You have to wonder if Manchester United are aware of how their stand-off with David de Gea smacks of a club that appears to be suffering from an acute absence of clarity and shared thought.
Do they realize how unprepared they look? Can they understand why it is tempting to conclude that the United of today must have abandoned some of the essentials that in happier times had abandoned. them their own such greatness?
Have they simply forgotten that the most impressive and brilliantly efficient football clubs do not build title-winning teams through indecision and a lack of clarity?
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It is extremely difficult to imagine that City – the club described as a “juggernaut” by Rio Ferdinand, one of the great defenders in United’s history – would find themselves in a similar position these days.
Without it ever being formally announced, De Gea reached an agreement with United towards the end of last season. He had been earning £375,000-a-week on a deal that expires at the end of June, making him the highest-paid goalkeeper in the business. Something had to give, and his new offer was on drastically reduced terms. De Gea accepted, and as everyone headed for the summer break, he told his team-mates he would see them again in July.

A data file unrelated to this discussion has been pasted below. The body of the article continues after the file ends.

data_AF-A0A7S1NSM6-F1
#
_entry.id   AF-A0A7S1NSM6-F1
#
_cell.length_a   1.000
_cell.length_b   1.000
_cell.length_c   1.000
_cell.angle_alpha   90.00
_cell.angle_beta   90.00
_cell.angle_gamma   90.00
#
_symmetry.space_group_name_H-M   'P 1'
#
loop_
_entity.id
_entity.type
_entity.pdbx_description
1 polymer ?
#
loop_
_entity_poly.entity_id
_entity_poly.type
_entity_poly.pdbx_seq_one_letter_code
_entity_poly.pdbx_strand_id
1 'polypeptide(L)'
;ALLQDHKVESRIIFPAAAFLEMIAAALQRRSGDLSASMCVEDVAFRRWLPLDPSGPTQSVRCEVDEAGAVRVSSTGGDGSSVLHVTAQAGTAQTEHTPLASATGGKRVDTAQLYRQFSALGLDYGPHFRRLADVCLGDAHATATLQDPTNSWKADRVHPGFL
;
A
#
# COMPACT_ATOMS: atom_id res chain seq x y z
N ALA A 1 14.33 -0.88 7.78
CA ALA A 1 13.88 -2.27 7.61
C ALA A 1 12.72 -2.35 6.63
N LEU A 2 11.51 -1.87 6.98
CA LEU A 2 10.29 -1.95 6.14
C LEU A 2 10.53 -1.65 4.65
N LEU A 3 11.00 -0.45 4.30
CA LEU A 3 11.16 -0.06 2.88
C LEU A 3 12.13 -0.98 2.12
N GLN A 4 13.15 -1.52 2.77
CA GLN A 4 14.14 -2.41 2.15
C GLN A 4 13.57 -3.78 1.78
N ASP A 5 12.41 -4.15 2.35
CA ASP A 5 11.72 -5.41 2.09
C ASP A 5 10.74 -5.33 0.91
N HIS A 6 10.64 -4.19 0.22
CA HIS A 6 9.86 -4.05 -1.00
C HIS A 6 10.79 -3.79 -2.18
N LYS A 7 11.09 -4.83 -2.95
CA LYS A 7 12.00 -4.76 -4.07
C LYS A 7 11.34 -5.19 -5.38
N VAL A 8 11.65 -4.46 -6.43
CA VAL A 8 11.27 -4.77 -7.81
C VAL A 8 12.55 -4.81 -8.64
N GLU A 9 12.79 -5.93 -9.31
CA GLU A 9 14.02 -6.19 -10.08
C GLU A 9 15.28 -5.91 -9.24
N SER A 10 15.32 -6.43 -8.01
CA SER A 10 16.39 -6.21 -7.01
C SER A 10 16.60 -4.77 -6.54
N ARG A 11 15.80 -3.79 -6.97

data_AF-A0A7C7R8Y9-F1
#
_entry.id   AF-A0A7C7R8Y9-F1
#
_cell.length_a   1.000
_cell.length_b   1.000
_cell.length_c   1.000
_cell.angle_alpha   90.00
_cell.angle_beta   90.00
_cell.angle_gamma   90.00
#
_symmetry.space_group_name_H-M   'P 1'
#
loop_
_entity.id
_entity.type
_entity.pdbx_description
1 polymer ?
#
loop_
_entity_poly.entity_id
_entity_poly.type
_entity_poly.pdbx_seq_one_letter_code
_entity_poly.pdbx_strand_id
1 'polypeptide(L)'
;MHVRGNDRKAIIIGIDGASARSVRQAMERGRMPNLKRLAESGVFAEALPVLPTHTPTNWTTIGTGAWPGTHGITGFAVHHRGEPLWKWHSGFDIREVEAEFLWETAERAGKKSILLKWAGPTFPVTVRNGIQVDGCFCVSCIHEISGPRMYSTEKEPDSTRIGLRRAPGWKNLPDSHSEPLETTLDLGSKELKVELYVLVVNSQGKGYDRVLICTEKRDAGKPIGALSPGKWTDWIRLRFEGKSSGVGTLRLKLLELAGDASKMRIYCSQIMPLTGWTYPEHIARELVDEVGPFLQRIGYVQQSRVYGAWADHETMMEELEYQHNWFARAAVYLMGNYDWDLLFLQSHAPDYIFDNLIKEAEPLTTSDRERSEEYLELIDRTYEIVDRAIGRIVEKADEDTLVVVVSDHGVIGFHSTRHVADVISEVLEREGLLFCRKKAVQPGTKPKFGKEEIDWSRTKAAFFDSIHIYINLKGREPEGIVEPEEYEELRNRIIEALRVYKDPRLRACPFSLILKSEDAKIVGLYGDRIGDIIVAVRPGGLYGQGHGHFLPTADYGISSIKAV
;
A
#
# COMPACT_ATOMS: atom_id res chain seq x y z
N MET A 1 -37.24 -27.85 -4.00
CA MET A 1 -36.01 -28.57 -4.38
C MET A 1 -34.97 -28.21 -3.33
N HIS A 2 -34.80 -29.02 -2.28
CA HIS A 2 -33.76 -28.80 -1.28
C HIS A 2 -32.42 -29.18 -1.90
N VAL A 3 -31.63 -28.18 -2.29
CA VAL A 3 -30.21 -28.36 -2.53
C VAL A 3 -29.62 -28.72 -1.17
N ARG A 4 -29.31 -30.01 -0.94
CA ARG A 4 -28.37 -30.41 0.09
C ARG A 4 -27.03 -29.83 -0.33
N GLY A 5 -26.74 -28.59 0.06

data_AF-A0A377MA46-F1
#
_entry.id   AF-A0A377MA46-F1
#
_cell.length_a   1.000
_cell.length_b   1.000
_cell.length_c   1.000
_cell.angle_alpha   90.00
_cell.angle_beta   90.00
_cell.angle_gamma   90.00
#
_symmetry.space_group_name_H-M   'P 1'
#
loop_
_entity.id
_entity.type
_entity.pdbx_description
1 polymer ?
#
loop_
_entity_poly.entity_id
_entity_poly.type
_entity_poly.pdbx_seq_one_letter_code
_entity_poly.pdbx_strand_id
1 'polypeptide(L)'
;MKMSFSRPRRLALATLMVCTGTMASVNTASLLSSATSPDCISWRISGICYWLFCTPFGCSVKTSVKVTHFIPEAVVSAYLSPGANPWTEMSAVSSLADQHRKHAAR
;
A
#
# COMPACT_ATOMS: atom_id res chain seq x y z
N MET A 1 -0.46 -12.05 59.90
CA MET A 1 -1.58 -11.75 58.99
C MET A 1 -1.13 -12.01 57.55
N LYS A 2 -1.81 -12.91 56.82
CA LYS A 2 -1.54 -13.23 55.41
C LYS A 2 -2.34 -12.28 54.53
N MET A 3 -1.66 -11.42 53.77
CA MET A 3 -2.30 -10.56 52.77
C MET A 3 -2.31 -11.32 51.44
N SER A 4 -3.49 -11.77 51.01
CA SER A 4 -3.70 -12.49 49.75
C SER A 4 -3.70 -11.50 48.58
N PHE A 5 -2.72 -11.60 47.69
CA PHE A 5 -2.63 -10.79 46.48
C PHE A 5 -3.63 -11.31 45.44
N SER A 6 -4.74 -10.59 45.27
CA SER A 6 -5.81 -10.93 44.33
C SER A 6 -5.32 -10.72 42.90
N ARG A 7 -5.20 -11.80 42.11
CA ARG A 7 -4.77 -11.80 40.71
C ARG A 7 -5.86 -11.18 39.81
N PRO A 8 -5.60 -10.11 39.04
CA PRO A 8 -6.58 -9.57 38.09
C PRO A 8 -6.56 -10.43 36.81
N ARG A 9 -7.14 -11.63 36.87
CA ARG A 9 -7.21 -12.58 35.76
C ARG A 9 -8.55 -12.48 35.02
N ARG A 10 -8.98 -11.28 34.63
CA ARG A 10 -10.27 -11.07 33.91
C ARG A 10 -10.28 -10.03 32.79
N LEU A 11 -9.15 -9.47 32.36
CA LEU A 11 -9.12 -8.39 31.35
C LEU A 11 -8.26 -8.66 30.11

One problem: the paperwork was never completed on the club’s end and it’s clear something has changed in terms of how much United want to pay him – and also for how long they want to pay him for.
De Gea was subsequently informed that the original contract offer was no longer relevant and instead new terms were available which would mean another significant reduction in wages.
Perhaps unsurprisingly, he is not entirely happy.
As the players return to start pre-season training next week, De Gea is still undecided on what to do. As things stand, he will be out of contract on Friday, officially a free agent.
All of this feels entirely inevitable for the 20-time English champions amid a summer of protests against the Glazer family who continue to own the club, no transfer business yet and the inevitable sense that it will be exceptionally difficult to get anyone. closer to City next season after finishing 14 points behind them last month.